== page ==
JAKE HEGGIE: Out of Darkness: An Opera of Survival – Caitlin Lynch, sop./ Sarah Larsen, mezzo/ Morgan Smith, bar./ Music of Remembrance/ Mina Miller – Naxos 8.559770, 78:44 ****:
JAKE HEGGIE: “Connection: Three Song Cycles” = Natural Selection; Songs and Sonnets to Ophelia; Eve-Song – Regina Zona, sop./ Kathleen Tagg, p. – Naxos 8.559764, 58:40 ****:
Jake Heggie just might be the best art song composer since Ned Rorem. There is very little of his music that I have heard that is not, at least, highly engaging, and can think of few composers today who wed the word and melody in such a natural, unaffected manner, perfectly suited to the speech. These discs just bolster that opinion.
I do think that the Out of Darkness claim to be an “opera” is a little inflated, despite the fact that there have been other similar works that opt for the genre-title as well. But “dramatic monolog” seems to fit much better for part 1 (Another Sunrise), and in fact the three parts of the “opera” are in effect three cycles related by story line or overall topic—the Holocaust. Each could be performed separately. The first takes the story of Krystyna Zywulska, a Jewish Polish resistance member who was captured and taken to Auschwitz, where she was able to secure a relatively “safe” job during her tenure there. She also wrote lots of poetry about her time and experiences, and this is actually set in part 2, Farewell, Auschwitz, with an expanded set of singers instead of only one. Part 3, For a Look or Touch, looks at the reflections of Tad Beck, a young homosexual in pre-war Berlin, who lost a lover to the Nazis. Each of the works is profoundly affecting, and quite beautiful. These are recent (2012-13) commissions.
Connection gathers three song cycles, each very early on in the composer’s career, written before any of his operas (1996-99). Each was written for a specific soprano who was an Adler Fellow at the San Francisco Opera when Heggie was staff writer there, so each has a special and personal connection to the artist at hand. Natural Selection traces a young woman’s search for identity through a series of relationships which—happily—end up with the “right” guy. Songs and Sonnets to Ophelia show the composer, through one of his own texts and three by Edna St. Vincent Millay, exploring the depths and hidden thought processes only hinted at in Shakespeare’s tragedy, rejecting the idea of her as a victim. Finally, Eve-Song mediates on the various perspective of the Biblical Eve through a variety of stylistic genres (cabaret, jazz, lullaby, et al), a nearly 30-minute piece that requires great stamina and a profound sense of dramatic urgency and acting effect.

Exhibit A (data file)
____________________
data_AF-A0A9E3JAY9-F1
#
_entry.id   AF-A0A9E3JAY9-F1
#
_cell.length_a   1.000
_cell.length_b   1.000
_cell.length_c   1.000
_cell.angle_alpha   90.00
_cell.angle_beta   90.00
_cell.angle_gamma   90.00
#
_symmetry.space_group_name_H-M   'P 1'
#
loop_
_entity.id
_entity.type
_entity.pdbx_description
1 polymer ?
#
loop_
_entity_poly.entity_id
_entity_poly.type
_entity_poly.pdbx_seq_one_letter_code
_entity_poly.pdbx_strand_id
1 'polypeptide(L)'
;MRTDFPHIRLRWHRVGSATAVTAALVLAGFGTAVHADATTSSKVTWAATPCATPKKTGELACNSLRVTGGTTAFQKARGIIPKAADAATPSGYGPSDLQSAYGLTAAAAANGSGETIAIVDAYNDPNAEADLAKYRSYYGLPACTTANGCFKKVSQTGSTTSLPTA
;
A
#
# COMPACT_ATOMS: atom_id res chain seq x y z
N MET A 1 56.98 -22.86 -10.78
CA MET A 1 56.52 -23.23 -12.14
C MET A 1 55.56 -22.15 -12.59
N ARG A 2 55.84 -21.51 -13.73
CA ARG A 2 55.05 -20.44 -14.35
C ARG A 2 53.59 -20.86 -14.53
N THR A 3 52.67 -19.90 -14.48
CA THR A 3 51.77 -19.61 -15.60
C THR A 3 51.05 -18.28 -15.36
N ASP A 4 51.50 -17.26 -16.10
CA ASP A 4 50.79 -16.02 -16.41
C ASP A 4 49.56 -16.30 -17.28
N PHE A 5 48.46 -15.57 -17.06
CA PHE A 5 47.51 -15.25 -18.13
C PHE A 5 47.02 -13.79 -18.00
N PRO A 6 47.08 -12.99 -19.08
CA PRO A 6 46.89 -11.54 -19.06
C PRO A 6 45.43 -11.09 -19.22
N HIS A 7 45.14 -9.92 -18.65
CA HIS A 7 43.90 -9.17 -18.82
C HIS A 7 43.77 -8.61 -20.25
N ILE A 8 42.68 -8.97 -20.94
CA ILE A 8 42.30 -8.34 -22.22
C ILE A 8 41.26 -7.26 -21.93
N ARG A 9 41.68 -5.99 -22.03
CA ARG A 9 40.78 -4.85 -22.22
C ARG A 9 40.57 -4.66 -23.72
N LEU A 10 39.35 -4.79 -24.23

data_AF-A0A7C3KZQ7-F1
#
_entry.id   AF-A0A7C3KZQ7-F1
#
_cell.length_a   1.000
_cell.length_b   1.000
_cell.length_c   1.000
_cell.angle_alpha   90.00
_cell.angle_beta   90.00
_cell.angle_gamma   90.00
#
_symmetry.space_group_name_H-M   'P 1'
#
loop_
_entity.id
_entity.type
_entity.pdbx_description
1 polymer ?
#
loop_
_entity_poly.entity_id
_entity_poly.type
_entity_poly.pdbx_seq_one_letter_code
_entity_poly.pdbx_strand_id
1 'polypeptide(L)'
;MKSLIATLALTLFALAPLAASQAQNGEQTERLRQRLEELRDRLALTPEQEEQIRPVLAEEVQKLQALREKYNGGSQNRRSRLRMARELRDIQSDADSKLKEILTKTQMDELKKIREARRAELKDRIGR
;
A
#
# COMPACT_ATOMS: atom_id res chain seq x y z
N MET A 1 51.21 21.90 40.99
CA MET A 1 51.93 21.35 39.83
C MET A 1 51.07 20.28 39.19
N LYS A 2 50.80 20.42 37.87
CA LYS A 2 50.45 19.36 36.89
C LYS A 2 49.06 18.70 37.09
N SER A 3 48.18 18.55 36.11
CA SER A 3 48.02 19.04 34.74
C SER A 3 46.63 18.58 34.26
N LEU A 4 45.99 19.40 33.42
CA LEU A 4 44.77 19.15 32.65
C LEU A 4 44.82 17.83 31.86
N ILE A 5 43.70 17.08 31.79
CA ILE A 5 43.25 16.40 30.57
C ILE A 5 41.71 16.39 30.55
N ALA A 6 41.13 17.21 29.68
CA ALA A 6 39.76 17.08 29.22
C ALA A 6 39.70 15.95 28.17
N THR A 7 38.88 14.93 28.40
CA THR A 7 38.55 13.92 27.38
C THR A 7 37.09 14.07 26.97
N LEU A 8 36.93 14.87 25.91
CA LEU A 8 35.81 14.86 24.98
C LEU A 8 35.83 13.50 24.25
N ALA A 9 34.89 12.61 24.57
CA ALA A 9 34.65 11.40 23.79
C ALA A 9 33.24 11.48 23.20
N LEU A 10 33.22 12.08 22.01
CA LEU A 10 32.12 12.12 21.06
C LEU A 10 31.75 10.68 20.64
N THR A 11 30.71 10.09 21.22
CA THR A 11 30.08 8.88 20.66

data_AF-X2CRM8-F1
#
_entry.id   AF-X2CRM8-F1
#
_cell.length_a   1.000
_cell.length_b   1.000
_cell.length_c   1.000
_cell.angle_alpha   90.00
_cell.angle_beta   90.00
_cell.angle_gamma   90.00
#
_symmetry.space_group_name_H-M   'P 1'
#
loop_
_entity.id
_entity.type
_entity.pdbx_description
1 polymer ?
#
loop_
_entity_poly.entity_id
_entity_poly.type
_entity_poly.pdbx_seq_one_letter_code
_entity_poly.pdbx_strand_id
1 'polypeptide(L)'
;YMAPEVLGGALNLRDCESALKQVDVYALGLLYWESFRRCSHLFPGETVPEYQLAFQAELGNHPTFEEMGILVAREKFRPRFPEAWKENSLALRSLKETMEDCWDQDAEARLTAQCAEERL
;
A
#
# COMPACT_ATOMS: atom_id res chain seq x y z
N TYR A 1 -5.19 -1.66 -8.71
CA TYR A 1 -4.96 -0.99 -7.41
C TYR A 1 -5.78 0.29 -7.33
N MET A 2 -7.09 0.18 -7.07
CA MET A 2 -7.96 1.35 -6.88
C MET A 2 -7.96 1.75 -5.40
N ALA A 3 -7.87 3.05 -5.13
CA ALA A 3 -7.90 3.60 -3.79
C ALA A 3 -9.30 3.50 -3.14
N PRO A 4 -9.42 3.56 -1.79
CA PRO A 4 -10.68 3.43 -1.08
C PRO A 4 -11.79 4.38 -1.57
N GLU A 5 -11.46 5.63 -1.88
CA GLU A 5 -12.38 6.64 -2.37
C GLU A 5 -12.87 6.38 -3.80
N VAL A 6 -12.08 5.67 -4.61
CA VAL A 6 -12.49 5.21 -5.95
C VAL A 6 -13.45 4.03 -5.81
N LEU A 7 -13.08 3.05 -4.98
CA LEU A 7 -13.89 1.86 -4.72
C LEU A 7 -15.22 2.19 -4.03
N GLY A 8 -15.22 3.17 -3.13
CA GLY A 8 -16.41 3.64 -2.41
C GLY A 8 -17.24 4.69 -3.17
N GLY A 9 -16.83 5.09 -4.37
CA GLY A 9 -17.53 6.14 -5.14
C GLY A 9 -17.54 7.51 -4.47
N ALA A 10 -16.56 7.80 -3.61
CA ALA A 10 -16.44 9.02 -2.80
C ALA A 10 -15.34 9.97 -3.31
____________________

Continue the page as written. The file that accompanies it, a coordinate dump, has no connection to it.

What strikes me through all of these pieces is the remarkable consistency of approach; Heggie doesn’t seem to be one who is too concerned about stylistic “development” over the years. Instead he focuses—always—only on the texts at hand, and their dramatic possibilities. I am not sure that a blind hearing would indicate a distance of 15 years between these pieces. Nothing wrong with that—consistency and quality is all that matters, and this composer has those in spades. Excellent performances and recordings.